Waste rules mean high bills next year

A TYPICAL LIVESTOCK unit can expect to pay between £160 and £610 a year to dispose of waste under proposals contained in the Agricultural Waste Regulations consultation paper for England and Wales.

For a 100-cow dairy herd, DEFRA predicts costs will range from £230 to £610, while the average hill sheep and cattle unit carrying 100 cattle and 600 sheep can expect to face costs of £200 to £510. Costs are likely to increase according to herd or flock size.

Wastes to be disposed of under the regulations include silage plastics, pesticide containers, fertiliser and feed bags, asbestos and metal.

The main problems facing livestock units will be plastic silage films, says Promar International consultant Paul Henman. “Producers will no longer be able to have open bonfires producing black smoke.

“They will have to pay commercial rates for landfill sites or a skip. This will be a cultural change because producers have not had to think about such regulations before,” he adds.

Figures from BPI Recycled Products show that 23,000t of silage wrap needs to be disposed of annually from livestock units, along with a proportion of the 15,000t of plastic sacks used each year in the UK. At a meeting of a sub-group of the Agricultural Waste Forum, BPI also said that by 2010 the UK could be recovering 25,000t of farm plastics. The sub-group set up to investigate opportunities for a nationwide farm plastic reuse and recovery scheme and has been meeting since Jan 2003 and has met six times in 2004.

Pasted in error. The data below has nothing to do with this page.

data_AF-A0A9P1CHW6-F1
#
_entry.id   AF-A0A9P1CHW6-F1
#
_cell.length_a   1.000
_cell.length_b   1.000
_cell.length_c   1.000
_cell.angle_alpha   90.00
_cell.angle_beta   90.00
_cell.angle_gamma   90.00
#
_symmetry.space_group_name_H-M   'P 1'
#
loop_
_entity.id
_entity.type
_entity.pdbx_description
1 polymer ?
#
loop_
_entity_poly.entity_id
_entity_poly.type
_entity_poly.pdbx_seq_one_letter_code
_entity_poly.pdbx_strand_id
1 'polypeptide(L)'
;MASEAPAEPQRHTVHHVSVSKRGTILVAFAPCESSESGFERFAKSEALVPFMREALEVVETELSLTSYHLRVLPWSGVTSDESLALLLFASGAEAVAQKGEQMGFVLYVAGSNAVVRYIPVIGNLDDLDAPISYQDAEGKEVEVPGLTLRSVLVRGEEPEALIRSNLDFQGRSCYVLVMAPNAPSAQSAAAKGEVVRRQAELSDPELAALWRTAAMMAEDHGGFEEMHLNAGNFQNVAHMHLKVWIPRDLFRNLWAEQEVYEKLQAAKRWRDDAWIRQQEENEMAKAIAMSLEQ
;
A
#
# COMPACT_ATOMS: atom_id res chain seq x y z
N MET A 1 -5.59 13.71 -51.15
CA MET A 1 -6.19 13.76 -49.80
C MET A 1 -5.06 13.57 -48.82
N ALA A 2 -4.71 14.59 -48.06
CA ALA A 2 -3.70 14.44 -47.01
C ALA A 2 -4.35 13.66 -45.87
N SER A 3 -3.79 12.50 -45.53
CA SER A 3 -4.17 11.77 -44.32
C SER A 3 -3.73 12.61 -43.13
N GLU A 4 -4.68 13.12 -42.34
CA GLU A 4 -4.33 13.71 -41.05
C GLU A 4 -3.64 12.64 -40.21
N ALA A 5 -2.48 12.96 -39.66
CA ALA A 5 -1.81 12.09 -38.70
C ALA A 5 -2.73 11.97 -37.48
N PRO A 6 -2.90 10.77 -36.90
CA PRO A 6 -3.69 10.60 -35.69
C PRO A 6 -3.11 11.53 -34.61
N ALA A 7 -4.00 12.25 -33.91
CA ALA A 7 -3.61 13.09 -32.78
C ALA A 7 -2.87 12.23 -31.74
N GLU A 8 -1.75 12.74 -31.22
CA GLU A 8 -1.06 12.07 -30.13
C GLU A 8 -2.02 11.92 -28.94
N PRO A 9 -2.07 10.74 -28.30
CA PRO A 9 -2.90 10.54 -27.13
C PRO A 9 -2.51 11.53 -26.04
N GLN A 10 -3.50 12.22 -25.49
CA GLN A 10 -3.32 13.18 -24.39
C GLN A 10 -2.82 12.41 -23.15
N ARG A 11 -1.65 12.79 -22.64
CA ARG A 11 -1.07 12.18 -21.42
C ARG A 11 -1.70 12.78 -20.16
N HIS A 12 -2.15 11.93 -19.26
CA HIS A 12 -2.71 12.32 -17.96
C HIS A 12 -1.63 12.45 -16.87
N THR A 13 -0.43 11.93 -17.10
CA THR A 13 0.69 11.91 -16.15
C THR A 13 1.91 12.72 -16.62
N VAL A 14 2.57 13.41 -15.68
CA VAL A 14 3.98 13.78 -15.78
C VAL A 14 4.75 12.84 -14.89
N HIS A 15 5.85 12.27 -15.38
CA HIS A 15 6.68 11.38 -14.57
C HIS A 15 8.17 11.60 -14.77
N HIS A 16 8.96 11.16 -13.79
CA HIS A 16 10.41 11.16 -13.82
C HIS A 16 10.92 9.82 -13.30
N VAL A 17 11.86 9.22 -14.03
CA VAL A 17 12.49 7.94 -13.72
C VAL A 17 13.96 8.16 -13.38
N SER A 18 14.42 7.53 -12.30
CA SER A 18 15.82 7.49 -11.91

“The whole industry needs to push forward on a national collection scheme soon to get something in place in time,” adds Mr Henman. The regulations are expected to come into force in June 2005. He also points out that previous attempts to set up local collection schemes have failed.

These were based on recycling the plastic, but the problem with silage films is that they are contaminated with silage. “It could be recycled easily, if it were clean.”

Some incinerators can burn plastic, because they reach a suitable temperature, adds Mr Henman. But he is not sure these will be a practical option on many units and warns that these could come under tight environmental controls in future.

“Trying to minimise the waste plastic used in the first place could lower costs of disposal. This would include using a silage pit instead of making bales. That is what the regulations are driving at,” he says.

DEFRA advises producers to consult its Waste Minimisation Manual for tips on reducing the level of waste produced. But for many farms few of the tips in the 97-page document, which include reducing silage production and going organic, will prove practical.

Organic status brings with it the benefits of eliminating pesticide and inorganic fertiliser use, also eliminating the need to dispose of pesticide containers and fertiliser bags, it advises.

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